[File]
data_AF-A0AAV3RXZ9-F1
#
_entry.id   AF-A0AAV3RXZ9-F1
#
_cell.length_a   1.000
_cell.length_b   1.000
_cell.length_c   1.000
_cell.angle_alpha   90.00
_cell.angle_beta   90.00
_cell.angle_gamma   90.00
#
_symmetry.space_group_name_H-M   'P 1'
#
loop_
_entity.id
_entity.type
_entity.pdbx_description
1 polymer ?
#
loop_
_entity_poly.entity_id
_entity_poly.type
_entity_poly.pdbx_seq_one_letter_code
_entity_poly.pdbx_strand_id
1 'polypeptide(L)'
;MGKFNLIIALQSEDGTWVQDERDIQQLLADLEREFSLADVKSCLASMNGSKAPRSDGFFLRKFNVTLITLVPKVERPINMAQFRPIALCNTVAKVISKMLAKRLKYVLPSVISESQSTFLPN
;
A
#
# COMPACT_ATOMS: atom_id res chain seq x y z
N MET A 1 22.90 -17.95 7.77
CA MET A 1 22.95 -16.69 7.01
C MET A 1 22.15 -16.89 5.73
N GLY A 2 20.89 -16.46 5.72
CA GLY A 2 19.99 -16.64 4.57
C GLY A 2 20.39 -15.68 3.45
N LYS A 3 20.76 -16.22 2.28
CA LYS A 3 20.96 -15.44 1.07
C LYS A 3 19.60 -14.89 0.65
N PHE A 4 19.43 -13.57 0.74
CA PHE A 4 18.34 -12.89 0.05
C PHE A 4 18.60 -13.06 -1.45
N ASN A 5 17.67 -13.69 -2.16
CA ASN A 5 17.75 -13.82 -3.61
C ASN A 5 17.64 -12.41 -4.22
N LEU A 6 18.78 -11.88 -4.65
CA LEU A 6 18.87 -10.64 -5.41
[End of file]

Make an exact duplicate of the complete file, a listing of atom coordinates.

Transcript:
data_AF-A0AAV3RXZ9-F1
#
_entry.id   AF-A0AAV3RXZ9-F1
#
_cell.length_a   1.000
_cell.length_b   1.000
_cell.length_c   1.000
_cell.angle_alpha   90.00
_cell.angle_beta   90.00
_cell.angle_gamma   90.00
#
_symmetry.space_group_name_H-M   'P 1'
#
loop_
_entity.id
_entity.type
_entity.pdbx_description
1 polymer ?
#
loop_
_entity_poly.entity_id
_entity_poly.type
_entity_poly.pdbx_seq_one_letter_code
_entity_poly.pdbx_strand_id
1 'polypeptide(L)'
;MGKFNLIIALQSEDGTWVQDERDIQQLLADLEREFSLADVKSCLASMNGSKAPRSDGFFLRKFNVTLITLVPKVERPINMAQFRPIALCNTVAKVISKMLAKRLKYVLPSVISESQSTFLPN
;
A
#
# COMPACT_ATOMS: atom_id res chain seq x y z
N MET A 1 22.90 -17.95 7.77
CA MET A 1 22.95 -16.69 7.01
C MET A 1 22.15 -16.89 5.73
N GLY A 2 20.89 -16.46 5.72
CA GLY A 2 19.99 -16.64 4.57
C GLY A 2 20.39 -15.68 3.45
N LYS A 3 20.76 -16.22 2.28
CA LYS A 3 20.96 -15.44 1.07
C LYS A 3 19.60 -14.89 0.65
N PHE A 4 19.43 -13.57 0.74
CA PHE A 4 18.34 -12.89 0.05
C PHE A 4 18.60 -13.06 -1.45
N ASN A 5 17.67 -13.69 -2.16
CA ASN A 5 17.75 -13.82 -3.61
C ASN A 5 17.64 -12.41 -4.22
N LEU A 6 18.78 -11.88 -4.65
CA LEU A 6 18.87 -10.64 -5.41